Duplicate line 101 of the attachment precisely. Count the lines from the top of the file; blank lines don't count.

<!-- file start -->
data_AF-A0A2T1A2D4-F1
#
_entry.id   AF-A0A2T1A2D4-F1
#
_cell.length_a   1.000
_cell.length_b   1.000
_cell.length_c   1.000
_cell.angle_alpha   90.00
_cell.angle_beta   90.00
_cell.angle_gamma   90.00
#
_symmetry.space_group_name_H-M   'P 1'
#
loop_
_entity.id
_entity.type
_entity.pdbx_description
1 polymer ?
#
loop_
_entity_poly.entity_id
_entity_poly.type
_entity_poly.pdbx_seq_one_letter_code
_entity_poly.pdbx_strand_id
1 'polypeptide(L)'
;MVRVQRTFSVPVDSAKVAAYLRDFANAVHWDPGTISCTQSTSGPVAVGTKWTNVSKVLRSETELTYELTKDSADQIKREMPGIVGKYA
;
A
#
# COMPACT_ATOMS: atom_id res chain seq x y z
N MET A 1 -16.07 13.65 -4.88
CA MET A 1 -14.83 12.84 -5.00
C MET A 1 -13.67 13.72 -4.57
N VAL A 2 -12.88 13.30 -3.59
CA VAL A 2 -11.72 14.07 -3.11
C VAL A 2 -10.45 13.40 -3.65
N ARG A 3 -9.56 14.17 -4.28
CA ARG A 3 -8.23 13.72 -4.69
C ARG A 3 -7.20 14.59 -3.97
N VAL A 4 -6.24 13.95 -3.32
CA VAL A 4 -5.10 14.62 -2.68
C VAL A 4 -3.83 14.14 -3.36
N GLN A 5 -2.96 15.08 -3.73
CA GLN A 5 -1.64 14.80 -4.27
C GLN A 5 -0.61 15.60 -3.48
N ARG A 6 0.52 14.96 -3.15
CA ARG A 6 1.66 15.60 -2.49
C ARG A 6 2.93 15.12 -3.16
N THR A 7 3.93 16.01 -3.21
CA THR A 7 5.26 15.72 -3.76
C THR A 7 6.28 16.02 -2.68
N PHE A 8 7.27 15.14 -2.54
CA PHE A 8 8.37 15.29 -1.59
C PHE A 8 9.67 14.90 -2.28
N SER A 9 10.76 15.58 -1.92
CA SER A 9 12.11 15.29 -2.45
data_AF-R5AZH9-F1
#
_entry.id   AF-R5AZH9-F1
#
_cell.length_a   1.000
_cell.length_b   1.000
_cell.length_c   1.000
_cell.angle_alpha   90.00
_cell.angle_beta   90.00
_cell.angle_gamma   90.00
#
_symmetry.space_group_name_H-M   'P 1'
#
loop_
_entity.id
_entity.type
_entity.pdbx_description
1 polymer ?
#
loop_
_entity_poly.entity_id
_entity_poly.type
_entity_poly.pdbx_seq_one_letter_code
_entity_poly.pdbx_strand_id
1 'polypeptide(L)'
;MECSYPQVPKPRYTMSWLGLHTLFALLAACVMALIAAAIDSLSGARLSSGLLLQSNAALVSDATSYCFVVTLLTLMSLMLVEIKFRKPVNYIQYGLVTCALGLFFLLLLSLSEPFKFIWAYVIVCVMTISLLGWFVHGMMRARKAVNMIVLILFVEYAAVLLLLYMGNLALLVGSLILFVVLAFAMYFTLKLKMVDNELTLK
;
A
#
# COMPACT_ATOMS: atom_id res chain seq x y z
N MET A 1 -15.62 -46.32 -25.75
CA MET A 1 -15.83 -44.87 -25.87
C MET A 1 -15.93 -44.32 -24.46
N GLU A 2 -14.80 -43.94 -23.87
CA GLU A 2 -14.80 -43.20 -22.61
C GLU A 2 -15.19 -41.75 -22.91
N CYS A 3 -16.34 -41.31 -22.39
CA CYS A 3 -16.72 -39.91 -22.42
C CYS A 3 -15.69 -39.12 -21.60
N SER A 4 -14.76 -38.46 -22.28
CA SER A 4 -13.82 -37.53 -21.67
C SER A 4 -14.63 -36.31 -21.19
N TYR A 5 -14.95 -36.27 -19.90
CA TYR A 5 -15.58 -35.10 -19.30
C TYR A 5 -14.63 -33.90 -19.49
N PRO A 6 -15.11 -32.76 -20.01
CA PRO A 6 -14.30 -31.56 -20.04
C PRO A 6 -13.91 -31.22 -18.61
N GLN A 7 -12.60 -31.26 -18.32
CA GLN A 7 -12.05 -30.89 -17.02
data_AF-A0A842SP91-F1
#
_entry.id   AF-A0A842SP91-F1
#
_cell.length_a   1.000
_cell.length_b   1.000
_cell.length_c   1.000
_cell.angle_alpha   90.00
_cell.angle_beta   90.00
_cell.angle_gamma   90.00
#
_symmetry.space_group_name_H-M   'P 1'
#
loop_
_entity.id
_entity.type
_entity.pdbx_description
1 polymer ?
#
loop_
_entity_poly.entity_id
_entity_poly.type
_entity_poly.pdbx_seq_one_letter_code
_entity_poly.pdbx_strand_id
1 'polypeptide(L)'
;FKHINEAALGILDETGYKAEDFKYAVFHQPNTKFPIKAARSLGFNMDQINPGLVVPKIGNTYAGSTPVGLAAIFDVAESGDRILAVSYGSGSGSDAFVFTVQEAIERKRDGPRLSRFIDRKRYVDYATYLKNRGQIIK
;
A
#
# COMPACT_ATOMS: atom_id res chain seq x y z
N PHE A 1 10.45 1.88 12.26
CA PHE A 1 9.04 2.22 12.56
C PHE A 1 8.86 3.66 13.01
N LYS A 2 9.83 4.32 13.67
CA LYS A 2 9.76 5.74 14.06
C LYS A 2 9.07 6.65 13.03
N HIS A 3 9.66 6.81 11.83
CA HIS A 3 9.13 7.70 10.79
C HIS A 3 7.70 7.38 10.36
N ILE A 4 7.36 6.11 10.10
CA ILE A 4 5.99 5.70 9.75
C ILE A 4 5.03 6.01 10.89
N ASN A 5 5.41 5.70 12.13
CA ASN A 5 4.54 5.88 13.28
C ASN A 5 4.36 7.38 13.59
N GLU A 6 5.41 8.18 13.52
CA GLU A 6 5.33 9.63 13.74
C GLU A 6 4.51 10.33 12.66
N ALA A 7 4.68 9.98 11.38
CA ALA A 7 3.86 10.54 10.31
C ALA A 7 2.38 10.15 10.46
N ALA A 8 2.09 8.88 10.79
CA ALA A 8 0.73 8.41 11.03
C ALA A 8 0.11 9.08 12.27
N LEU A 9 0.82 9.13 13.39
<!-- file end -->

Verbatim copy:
C TYR A 5 -14.63 -33.90 -19.49